14ymedio, Havana, 7 October 2016 — Russian Deputy Defense Minister Nikolai Pankov, announced that his country is considering returning to military bases in Cuba and Vietnam and is reconsidering, therefore, their pending decommissioning.
“If necessary, we should reopen these bases, both in Cuba and in Vietnam, if they do not want to use diplomatic language with us, we will fight the threat to peace,” said the parliamentarian from the president’s party, Fair Russia. The politician specified, according to Russian news agencies, that he was referring primarily to “a neo-fascist organization called the Islamic State and all its sponsors.”
The base in Lourdes, near Havana, was operated by Moscow between 1967 and 2001, and was the largest Soviet radio-electronic espionage center outside its national territory, according to experts, from which the USSR was able to observe the entire Western Hemisphere.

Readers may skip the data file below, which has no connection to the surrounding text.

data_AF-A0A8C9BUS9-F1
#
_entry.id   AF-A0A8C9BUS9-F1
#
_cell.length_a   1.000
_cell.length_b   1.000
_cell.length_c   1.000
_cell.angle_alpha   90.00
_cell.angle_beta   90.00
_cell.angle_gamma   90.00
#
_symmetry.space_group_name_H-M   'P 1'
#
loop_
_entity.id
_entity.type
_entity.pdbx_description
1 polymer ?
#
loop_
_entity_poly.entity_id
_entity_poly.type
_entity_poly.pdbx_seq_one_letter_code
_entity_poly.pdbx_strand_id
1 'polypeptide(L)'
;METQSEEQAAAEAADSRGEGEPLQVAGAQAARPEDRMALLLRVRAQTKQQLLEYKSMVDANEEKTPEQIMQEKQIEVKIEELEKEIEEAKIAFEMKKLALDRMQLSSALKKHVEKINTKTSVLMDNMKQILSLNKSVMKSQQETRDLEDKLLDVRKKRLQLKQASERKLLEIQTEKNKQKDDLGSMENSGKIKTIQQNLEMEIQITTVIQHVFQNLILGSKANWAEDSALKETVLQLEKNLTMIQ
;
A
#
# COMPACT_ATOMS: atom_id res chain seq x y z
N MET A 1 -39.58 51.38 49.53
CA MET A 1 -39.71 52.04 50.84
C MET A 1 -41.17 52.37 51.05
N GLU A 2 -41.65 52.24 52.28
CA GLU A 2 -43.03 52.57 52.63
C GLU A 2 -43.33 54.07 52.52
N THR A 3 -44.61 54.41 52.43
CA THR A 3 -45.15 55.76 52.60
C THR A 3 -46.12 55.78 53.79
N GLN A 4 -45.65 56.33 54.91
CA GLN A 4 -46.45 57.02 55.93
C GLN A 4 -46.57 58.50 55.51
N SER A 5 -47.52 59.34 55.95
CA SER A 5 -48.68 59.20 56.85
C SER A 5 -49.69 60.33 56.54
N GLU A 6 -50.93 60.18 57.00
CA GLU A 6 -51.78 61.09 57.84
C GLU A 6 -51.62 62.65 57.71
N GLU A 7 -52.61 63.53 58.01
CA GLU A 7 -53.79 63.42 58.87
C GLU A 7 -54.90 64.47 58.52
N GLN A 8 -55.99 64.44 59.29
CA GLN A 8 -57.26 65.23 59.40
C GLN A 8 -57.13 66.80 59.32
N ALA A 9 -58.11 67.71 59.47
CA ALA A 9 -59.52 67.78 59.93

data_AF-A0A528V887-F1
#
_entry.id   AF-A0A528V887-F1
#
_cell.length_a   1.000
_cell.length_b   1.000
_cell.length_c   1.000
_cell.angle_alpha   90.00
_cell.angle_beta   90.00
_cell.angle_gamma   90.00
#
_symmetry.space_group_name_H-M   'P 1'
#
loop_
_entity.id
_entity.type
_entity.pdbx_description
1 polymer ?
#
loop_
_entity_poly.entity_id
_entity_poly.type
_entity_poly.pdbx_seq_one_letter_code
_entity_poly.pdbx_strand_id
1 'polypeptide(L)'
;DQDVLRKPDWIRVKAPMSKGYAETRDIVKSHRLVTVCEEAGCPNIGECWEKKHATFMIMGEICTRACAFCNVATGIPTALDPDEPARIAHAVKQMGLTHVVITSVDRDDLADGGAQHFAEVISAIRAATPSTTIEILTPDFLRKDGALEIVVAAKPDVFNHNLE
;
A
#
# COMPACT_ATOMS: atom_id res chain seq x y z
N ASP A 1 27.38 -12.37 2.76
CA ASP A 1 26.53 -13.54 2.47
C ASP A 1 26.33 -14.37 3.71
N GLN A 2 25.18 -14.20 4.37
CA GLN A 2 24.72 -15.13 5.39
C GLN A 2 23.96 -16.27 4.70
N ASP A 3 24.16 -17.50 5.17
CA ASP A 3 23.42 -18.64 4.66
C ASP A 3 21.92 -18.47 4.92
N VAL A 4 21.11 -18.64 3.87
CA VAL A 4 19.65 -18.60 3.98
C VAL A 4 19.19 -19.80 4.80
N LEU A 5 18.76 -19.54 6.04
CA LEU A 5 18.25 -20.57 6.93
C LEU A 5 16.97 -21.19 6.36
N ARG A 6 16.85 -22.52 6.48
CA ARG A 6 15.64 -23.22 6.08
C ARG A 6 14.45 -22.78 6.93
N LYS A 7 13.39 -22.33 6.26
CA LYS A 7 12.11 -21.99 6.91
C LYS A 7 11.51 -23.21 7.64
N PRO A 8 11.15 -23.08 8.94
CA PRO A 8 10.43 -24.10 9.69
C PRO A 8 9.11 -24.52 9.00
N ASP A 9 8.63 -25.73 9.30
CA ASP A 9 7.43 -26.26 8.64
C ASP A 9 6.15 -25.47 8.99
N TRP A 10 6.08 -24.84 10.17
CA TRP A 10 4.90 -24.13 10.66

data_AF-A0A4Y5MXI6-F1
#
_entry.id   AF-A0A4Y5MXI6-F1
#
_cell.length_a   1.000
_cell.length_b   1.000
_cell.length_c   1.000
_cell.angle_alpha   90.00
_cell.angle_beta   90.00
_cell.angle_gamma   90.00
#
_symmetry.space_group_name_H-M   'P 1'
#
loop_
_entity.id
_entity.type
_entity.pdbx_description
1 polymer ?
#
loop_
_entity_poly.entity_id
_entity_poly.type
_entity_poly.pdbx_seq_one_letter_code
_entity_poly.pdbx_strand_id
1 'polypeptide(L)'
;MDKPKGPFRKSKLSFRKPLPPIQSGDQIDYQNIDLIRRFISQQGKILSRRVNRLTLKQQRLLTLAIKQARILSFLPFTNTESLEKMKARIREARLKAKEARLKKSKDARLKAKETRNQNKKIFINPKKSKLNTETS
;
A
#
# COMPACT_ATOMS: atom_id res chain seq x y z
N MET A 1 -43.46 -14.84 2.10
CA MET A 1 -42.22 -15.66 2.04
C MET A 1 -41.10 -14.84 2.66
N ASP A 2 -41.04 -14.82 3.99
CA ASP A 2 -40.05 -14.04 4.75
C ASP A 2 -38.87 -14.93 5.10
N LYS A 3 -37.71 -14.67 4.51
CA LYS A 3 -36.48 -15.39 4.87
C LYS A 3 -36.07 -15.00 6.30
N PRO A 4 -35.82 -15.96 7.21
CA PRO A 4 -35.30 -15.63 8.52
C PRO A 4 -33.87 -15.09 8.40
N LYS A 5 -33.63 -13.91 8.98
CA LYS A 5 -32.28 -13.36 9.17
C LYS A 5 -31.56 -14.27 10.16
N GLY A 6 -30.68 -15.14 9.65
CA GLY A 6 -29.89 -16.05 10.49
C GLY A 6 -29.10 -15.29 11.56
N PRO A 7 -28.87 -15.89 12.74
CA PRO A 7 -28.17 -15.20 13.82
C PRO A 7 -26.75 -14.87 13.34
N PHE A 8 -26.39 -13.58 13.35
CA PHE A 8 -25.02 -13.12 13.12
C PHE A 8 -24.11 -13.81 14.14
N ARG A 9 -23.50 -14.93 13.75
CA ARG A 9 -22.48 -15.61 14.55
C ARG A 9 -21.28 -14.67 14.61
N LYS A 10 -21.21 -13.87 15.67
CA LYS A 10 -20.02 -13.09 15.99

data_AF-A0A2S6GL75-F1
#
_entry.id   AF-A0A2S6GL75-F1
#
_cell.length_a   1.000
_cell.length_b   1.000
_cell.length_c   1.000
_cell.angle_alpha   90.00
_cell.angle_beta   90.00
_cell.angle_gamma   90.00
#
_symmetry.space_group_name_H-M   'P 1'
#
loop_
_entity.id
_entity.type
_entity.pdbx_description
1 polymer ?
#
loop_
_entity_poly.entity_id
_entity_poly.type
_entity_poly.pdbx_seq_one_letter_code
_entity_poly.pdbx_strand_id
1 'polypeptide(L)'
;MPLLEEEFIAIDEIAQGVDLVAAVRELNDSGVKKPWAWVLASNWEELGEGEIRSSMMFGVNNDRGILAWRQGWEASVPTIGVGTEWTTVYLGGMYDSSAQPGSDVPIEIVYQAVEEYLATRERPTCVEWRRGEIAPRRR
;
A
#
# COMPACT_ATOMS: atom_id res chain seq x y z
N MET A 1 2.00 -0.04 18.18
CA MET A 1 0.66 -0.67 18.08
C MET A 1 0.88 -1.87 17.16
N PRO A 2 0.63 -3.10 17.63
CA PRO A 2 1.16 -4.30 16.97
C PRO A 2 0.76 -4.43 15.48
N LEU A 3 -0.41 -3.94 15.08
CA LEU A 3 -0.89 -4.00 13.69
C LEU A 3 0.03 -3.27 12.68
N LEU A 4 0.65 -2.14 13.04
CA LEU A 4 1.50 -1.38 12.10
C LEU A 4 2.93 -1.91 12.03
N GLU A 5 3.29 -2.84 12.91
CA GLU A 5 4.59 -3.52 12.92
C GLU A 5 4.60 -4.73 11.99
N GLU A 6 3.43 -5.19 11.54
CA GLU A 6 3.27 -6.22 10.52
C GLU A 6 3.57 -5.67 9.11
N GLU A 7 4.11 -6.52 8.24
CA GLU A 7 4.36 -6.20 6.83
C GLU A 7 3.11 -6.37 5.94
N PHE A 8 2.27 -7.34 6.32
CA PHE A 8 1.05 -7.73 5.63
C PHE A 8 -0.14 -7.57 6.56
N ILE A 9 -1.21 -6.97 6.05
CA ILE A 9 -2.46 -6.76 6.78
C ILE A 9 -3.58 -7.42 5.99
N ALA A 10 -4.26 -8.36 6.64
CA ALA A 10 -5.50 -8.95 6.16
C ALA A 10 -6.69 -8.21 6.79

In July 2014, the Moscow press was already speculating about the reopening of the Lourdes base, based on news sources from the Kremlin but denied by President Vladimir Putin himself.
Months later, in October, the Minister of Defense of the Russian Federation Sergey Shoigu, announced that Russia will actively develop its military bases abroad, particularly in Kyrgyzstan, Tajikistan and Armenia and raised the idea of creating a network in Vietnam, Cuba, Venezuela, Nicaragua, Seychelles and Singapore.